Of course, these alterations were, for the most part, swiftly retrofitted to existing structures, not enacted in permanent means, and one big question mark for the flooring industry is whether healthcare systems will seek out permanent finishes to support these needs. While there is great hope that a vaccine will minimize the COVID pandemic in the next couple of years, that is unlikely to mean full eradication of the disease immediately and certainly won’t inhibit future novel virus outbreaks.

With so many unknowns, one requirement rises to the top: the need for malleability in the acute care space. And the importance of that may become critically important this fall and winter, should flu and COVID outbreaks collide. While Marie Lukaszeski, director of planning/design/property management at Lafayette General Health, is hopeful that the preventive measures taken for COVID-such as hand-washing, mask-wearing, social distancing-will help minimize flu spread, she reports, “When we go into October and get very full of patients with the regular flu, to add COVID atop that would be close to unmanageable.”

With the shifting sands of outbreaks afoot, flooring manufacturers must continue focusing on the fundamentals of

healthcare flooring-providing a safe surface upon which workers and patients may move, minimizing disease transmission, eliminating slips and falls, and providing the acoustic benefits necessary for enabling patients to rest and recuperate-while also allowing hospital systems to transform atop them as needed. Of course, for the design teams making decisions about finishes, this balancing act will no doubt prove challenging. “While design responses and finish selections directly related to COVID-19 materialize, it’s important for designers to balance this priority with other longer-term priorities so we can continue to be adaptable in an ever-changing market sector,” notes Eric Koffler, senior associate at NBBJ Design. “This will allow us to continue to be ready to respond to future [pandemics].”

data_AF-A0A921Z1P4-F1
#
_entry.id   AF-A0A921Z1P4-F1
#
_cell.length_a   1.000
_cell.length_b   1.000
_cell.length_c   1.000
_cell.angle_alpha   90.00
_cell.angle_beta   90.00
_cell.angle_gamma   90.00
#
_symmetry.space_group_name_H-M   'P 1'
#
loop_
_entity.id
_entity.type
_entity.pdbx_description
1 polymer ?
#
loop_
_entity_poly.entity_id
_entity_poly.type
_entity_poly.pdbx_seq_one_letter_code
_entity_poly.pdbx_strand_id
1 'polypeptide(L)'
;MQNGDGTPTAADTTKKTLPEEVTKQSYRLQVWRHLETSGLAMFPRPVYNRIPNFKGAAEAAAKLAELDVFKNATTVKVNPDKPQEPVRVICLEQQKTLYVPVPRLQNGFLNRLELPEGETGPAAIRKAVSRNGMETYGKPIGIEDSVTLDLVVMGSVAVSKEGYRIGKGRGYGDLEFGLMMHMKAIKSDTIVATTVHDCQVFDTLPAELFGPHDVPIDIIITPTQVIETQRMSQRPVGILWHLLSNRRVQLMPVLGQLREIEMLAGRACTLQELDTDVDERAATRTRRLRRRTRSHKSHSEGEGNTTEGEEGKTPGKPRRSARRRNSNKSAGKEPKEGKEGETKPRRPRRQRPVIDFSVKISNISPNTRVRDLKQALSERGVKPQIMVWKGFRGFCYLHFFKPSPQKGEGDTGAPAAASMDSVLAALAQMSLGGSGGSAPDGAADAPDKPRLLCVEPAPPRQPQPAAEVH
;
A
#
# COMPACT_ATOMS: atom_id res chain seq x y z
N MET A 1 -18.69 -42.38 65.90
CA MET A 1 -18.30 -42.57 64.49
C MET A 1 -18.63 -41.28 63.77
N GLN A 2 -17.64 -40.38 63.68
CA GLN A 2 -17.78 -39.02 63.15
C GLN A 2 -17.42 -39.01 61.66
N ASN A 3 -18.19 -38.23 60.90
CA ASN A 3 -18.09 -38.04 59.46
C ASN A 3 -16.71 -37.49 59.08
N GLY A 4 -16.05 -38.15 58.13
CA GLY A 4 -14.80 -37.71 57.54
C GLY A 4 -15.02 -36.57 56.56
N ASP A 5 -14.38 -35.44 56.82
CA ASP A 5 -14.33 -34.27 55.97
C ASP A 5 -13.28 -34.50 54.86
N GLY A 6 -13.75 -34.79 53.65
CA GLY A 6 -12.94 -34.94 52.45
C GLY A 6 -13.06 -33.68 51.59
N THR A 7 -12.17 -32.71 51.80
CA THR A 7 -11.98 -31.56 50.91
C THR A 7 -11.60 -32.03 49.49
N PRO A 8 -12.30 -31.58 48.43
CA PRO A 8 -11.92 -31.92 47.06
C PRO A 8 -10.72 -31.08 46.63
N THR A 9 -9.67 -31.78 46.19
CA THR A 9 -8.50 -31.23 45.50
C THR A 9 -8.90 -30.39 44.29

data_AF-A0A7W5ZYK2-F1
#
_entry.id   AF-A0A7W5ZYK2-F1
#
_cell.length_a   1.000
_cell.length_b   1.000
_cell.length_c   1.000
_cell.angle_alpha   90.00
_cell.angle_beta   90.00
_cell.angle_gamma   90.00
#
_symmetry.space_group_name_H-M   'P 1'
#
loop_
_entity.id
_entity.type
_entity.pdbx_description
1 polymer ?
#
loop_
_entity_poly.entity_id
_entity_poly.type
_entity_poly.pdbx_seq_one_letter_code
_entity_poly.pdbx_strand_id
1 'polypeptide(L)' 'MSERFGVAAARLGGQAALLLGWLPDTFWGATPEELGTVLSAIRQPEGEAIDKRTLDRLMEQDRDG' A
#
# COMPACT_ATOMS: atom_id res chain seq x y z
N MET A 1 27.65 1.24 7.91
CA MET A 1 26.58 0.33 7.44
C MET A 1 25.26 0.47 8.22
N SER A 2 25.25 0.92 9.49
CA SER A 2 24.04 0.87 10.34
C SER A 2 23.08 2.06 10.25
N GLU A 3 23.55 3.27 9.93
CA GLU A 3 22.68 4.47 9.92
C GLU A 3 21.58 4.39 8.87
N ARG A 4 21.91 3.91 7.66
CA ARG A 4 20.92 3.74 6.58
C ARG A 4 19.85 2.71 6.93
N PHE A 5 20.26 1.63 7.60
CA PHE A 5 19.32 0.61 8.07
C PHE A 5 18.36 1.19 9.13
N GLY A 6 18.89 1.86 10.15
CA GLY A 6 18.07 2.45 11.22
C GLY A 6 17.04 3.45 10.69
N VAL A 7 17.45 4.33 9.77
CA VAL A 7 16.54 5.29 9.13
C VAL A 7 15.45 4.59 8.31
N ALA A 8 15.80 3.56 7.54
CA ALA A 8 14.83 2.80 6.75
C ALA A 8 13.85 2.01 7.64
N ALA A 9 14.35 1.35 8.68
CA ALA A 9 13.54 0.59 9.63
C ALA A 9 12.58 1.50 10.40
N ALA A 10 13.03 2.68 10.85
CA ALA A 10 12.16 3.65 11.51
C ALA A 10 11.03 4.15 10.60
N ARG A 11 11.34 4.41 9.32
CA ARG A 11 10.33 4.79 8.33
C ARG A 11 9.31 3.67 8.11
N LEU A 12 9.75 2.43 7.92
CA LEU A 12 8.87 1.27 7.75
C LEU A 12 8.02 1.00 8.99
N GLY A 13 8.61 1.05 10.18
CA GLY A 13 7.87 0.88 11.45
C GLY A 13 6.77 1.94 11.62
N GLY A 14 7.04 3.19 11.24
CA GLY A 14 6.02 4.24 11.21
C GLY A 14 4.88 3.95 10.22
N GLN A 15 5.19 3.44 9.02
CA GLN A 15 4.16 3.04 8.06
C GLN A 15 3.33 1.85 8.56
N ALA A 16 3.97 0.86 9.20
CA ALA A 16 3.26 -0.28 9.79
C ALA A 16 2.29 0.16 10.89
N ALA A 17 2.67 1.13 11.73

Referencing what could be the future of hospital design, Brenda Smith, associate principal and healthcare design leader with Perkins + Will, says, “We have had a couple of hospitals proactively design universal rooms for patients that can shift from an acute setting to an intensive care setting. They did it anticipating that they might need it someday and were so relieved that they did.”

RESPITE SPACES
While a good deal of healthcare work has always been intense and demanding, the pandemic shined a much-needed light on just how hard it can be on both the body and the mind. Due to that, some healthcare systems are integrating respite spaces into their designs. These places offer a quiet and nurturing spot for healthcare workers seeking a few minutes of calm and rest. Smith explains that these needn’t be large or grandiose, and they can often be created in already existing locations that are underutilized. On one recent project, Perkins + Will didn’t have a corner for such a space in the hospital, so it made use of a roof area overlooking the river, adding porch swings and a dining space. Smith believes that accessibility to daylight and nature views is key, adding, “This is possible to do without a whole lot of financial investment, but it takes a commitment and intention from the organization.”